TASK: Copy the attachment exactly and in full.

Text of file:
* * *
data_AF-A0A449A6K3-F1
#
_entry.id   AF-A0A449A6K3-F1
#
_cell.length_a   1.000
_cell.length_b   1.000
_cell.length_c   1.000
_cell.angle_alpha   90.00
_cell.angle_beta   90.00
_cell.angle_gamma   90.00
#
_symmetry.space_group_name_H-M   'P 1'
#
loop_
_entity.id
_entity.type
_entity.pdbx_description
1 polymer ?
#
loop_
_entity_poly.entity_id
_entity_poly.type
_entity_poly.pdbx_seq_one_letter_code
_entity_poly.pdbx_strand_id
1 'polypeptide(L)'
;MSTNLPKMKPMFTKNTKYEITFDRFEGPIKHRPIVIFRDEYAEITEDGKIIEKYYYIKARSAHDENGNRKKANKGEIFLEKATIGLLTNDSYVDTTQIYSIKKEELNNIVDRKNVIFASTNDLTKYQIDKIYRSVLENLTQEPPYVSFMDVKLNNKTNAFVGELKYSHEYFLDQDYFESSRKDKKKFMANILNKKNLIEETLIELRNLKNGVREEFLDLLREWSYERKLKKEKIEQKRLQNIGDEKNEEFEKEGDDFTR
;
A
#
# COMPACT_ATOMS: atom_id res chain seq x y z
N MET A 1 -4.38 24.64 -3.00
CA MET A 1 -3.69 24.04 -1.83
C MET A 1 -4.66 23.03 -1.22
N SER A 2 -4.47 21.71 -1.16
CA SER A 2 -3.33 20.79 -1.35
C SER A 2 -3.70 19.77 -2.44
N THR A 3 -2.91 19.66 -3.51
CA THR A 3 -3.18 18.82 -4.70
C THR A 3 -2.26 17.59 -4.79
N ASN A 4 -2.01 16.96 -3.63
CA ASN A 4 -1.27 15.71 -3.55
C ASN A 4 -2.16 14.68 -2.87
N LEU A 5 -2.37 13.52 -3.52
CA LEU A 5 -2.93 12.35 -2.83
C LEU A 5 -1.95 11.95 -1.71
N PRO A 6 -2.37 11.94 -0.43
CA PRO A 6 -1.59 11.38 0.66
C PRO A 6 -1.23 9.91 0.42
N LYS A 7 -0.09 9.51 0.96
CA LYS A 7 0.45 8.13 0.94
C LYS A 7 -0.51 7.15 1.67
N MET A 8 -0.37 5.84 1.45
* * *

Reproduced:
data_AF-A0A449A6K3-F1
#
_entry.id   AF-A0A449A6K3-F1
#
_cell.length_a   1.000
_cell.length_b   1.000
_cell.length_c   1.000
_cell.angle_alpha   90.00
_cell.angle_beta   90.00
_cell.angle_gamma   90.00
#
_symmetry.space_group_name_H-M   'P 1'
#
loop_
_entity.id
_entity.type
_entity.pdbx_description
1 polymer ?
#
loop_
_entity_poly.entity_id
_entity_poly.type
_entity_poly.pdbx_seq_one_letter_code
_entity_poly.pdbx_strand_id
1 'polypeptide(L)'
;MSTNLPKMKPMFTKNTKYEITFDRFEGPIKHRPIVIFRDEYAEITEDGKIIEKYYYIKARSAHDENGNRKKANKGEIFLEKATIGLLTNDSYVDTTQIYSIKKEELNNIVDRKNVIFASTNDLTKYQIDKIYRSVLENLTQEPPYVSFMDVKLNNKTNAFVGELKYSHEYFLDQDYFESSRKDKKKFMANILNKKNLIEETLIELRNLKNGVREEFLDLLREWSYERKLKKEKIEQKRLQNIGDEKNEEFEKEGDDFTR
;
A
#
# COMPACT_ATOMS: atom_id res chain seq x y z
N MET A 1 -4.38 24.64 -3.00
CA MET A 1 -3.69 24.04 -1.83
C MET A 1 -4.66 23.03 -1.22
N SER A 2 -4.47 21.71 -1.16
CA SER A 2 -3.33 20.79 -1.35
C SER A 2 -3.70 19.77 -2.44
N THR A 3 -2.91 19.66 -3.51
CA THR A 3 -3.18 18.82 -4.70
C THR A 3 -2.26 17.59 -4.79
N ASN A 4 -2.01 16.96 -3.63
CA ASN A 4 -1.27 15.71 -3.55
C ASN A 4 -2.16 14.68 -2.87
N LEU A 5 -2.37 13.52 -3.52
CA LEU A 5 -2.93 12.35 -2.83
C LEU A 5 -1.95 11.95 -1.71
N PRO A 6 -2.37 11.94 -0.43
CA PRO A 6 -1.59 11.38 0.66
C PRO A 6 -1.23 9.91 0.42
N LYS A 7 -0.09 9.51 0.96
CA LYS A 7 0.45 8.13 0.94
C LYS A 7 -0.51 7.15 1.67
N MET A 8 -0.37 5.84 1.45